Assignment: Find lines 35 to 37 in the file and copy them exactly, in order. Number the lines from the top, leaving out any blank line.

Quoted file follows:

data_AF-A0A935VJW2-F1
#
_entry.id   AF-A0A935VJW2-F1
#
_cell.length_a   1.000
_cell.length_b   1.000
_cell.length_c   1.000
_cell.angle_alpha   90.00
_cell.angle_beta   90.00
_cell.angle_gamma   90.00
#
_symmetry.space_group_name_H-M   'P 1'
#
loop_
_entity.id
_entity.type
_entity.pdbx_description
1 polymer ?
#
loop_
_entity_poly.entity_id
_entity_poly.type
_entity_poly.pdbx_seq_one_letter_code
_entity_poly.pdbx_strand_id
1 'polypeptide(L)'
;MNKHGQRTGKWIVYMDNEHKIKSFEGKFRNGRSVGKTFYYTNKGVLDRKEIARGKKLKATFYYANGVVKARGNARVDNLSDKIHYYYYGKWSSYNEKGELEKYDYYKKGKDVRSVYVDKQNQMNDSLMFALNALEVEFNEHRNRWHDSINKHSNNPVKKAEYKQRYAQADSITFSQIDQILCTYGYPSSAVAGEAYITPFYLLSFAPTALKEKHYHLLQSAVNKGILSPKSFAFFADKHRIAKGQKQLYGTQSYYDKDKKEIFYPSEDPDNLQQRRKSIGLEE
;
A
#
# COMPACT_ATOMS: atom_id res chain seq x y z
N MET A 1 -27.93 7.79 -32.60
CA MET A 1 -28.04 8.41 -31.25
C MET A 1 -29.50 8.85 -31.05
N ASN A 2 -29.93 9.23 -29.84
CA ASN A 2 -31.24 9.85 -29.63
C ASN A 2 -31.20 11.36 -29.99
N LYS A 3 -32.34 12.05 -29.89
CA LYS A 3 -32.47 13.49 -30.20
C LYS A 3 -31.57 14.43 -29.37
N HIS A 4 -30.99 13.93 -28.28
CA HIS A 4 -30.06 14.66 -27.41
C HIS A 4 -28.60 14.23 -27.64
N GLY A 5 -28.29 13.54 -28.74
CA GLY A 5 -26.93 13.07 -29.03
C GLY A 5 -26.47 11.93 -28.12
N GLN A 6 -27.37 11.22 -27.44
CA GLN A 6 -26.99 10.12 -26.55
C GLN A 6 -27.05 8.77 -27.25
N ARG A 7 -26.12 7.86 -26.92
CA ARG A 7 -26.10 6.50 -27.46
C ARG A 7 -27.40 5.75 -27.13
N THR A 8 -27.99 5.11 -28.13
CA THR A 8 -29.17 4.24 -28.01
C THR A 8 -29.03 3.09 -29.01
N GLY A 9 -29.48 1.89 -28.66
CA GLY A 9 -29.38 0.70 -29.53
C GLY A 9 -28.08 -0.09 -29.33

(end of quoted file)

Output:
CA ASN A 2 -31.24 9.85 -29.63
C ASN A 2 -31.20 11.36 -29.99
N LYS A 3 -32.34 12.05 -29.89